"I understand that people are upset and angry, but let's be fair and let the legal process unfold. In the meantime I would ask all Penn Staters to continue to trust in what that name represents, continue to pursue their lives every day with high ideals and not let these events shake their beliefs nor who they are."

SEC welcomes Mizzou

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Here's the official Southeastern Conference announcement on Missouri's move to the SEC. . . 

University of Missouri to Join Southeastern Conference


BIRMINGHAM, Ala. (November 6, 2011) - The Southeastern Conference Presidents and Chancellors, acting unanimously, announced today that the University of Missouri will join the Southeastern Conference effective July 1, 2012, with competition to begin in all sports for the 2012-13 academic year. 


The addition of Missouri will increase SEC membership to 14 institutions.  The additions of Texas A&M, announced on September 25, 2011, and Missouri, are the first expansions for the SEC since September of 1991 when the University of South Carolina joined the league.  The University of Arkansas joined the SEC in August of 1991.  With the addition of Arkansas and South Carolina, the SEC was the first conference to split into divisions and add a conference championship game in 1992.


"The Presidents and Chancellors of the Southeastern Conference are pleased to welcome the University of Missouri to the SEC," said Dr. Bernie Machen, President of the SEC Presidents and Chancellors and president of the University of Florida.  "The University of Missouri is a prestigious academic institution with a strong athletic tradition and a culture similar to our current institutions."


"The Southeastern Conference is a highly successful, stable, premier athletic conference that offers exciting opportunities for the University of Missouri," said Chancellor Brady J. Deaton. "In joining the SEC, MU partners with universities distinguished for their academic programs and their emphasis on student success. The SEC will provide our student-athletes with top flight competition and unparalleled visibility. We came to this decision after careful consideration of the long term best interests of our university.  We believe the Southeastern Conference is an outstanding home for the Mizzou Tigers, and we take great pride in our association with this distinguished league."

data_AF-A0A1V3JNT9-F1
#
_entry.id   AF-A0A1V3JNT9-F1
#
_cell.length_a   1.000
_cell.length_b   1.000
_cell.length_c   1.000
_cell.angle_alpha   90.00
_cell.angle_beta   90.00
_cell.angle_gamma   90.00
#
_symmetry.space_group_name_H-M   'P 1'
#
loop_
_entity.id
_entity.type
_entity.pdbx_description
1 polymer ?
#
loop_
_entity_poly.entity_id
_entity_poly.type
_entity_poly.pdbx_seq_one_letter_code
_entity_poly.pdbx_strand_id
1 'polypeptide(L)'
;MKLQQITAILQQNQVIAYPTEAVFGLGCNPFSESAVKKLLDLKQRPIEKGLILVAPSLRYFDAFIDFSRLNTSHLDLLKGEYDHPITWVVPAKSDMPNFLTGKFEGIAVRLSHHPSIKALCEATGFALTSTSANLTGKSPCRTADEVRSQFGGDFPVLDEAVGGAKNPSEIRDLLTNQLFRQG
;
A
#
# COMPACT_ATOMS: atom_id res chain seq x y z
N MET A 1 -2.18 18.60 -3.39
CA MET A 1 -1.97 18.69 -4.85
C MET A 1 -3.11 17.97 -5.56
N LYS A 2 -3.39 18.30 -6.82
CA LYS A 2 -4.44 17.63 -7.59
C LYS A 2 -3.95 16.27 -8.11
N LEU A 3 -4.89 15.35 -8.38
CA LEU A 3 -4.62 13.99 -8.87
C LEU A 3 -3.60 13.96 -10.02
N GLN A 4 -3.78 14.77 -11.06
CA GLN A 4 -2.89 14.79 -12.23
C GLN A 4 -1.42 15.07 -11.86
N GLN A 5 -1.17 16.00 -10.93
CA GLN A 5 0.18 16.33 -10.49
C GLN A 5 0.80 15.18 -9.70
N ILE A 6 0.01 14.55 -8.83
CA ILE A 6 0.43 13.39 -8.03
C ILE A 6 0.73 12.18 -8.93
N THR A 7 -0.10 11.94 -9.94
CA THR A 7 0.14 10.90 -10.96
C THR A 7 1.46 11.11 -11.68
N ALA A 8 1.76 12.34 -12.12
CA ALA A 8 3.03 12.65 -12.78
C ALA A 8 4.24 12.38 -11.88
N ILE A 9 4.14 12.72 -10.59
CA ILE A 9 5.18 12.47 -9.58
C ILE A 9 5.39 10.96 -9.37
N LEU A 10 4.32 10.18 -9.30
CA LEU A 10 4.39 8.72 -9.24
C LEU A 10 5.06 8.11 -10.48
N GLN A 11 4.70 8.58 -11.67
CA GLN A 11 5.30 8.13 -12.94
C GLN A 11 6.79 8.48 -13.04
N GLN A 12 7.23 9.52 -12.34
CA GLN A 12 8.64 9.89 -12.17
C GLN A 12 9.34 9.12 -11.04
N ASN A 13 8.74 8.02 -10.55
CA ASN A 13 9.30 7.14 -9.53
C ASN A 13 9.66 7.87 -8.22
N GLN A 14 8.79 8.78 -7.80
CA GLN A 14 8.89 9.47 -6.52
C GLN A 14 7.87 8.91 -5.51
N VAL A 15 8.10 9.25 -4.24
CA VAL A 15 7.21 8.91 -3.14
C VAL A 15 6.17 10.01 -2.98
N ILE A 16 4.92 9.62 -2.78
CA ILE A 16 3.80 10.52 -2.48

Missouri, located in Columbia, will also be the fourth institution in the Southeastern Conference to hold membership in the prestigious Association of American Universities, joining University of Florida, Texas A&M University and Vanderbilt University.  Missouri has an enrollment of 33,800 students, which would be the fourth largest institution in the SEC, with Florida, Georgia and Texas A&M having a larger student body.  There are more than 260,000 "Mizzou" alumni around the world.  The State of Missouri borders three SEC states: Tennessee, Kentucky and Arkansas, and they bring an existing rivalry with former conference foe Texas A&M.


Missouri athletic teams have excelled recently.  Its men's basketball team has made it to the NCAA Tournament three straight seasons and 24 times overall.  The Tiger football team has been to post-season bowl games for six straight years and 28 times overall.  The softball team has participated in the College World Series each of the last three seasons.  The Tigers have won Big 12 Championships in men's basketball, soccer and softball.


"I am pleased to officially welcome the University of Missouri to the SEC family on behalf of our presidents, chancellors, athletics directors, students and fans," said SEC Commissioner Mike Slive.  "Missouri is an outstanding academic institution with a strong athletic program.  We look forward to having the Tigers compete in our league starting in 2012."